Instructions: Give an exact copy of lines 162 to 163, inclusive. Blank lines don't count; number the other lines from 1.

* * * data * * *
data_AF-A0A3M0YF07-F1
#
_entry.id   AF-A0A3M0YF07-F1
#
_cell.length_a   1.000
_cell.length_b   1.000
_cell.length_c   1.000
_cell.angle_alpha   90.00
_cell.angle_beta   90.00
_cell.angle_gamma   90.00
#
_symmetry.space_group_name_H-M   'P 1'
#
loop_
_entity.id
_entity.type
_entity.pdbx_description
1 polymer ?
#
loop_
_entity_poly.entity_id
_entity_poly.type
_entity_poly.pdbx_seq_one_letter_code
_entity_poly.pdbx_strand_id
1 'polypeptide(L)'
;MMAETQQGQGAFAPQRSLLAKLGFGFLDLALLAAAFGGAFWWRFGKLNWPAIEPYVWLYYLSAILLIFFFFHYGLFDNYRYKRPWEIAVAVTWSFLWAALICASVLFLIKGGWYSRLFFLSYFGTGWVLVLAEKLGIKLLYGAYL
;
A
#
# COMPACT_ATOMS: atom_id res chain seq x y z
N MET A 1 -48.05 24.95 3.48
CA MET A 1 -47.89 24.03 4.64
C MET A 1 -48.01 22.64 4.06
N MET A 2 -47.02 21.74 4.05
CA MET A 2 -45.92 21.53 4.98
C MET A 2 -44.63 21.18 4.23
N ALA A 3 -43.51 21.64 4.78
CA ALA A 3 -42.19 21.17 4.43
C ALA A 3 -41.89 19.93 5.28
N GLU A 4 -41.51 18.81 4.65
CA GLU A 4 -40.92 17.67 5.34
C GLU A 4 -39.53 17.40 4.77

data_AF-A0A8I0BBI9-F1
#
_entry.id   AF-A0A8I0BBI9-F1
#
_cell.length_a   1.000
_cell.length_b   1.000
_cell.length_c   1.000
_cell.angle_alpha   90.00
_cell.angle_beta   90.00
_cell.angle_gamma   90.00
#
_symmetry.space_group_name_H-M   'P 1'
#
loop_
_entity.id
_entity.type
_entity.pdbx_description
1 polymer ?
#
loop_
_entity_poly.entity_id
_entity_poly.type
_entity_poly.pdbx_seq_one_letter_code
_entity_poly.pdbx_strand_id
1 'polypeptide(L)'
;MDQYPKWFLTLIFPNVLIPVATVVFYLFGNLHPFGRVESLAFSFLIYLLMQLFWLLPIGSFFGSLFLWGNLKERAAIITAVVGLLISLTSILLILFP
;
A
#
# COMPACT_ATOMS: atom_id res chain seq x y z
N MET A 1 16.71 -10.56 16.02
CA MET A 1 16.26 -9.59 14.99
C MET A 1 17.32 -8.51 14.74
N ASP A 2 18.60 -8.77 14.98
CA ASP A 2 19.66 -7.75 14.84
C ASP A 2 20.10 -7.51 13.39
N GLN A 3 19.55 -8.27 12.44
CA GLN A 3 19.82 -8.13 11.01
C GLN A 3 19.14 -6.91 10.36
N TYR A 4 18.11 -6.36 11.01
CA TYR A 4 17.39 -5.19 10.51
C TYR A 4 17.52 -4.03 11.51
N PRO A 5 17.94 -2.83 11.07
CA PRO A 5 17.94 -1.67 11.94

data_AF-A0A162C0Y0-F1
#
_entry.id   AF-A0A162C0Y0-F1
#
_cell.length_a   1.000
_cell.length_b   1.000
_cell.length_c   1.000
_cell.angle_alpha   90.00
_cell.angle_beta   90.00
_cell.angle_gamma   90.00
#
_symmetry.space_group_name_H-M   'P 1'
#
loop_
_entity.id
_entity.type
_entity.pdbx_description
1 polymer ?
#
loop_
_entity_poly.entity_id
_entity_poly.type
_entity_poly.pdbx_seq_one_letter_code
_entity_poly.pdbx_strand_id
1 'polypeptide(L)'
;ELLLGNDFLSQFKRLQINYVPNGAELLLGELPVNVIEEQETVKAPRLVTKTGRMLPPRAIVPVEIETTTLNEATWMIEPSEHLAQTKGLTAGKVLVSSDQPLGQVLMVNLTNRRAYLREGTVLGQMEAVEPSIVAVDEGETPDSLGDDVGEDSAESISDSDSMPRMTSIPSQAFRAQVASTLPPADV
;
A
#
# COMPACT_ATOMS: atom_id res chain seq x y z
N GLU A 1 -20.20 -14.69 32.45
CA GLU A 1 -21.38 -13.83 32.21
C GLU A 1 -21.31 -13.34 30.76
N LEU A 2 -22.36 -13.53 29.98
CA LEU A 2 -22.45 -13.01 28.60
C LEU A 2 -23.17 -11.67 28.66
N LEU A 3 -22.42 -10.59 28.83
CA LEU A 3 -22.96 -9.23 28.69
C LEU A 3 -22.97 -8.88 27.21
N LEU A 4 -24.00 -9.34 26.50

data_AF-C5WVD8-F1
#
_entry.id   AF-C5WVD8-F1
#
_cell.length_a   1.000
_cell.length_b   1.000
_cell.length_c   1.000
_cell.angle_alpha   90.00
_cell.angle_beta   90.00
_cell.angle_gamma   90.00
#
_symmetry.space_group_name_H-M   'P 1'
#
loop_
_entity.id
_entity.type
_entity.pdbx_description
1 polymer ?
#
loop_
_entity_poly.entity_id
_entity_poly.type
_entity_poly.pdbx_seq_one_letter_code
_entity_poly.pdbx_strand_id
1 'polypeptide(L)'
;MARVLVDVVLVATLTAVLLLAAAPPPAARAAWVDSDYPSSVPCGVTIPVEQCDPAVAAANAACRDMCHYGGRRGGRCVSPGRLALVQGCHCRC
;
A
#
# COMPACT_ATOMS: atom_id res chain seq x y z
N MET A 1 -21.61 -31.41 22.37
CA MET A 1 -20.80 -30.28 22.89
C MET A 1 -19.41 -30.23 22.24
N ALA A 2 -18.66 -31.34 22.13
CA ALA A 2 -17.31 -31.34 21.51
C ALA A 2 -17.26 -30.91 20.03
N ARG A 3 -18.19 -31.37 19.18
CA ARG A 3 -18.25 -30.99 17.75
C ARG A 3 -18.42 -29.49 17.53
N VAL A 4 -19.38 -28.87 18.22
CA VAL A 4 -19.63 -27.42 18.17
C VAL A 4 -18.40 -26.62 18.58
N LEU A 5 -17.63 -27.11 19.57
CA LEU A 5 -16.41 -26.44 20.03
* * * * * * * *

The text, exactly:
C ALA A 2 -17.26 -30.91 20.03
N ARG A 3 -18.19 -31.37 19.18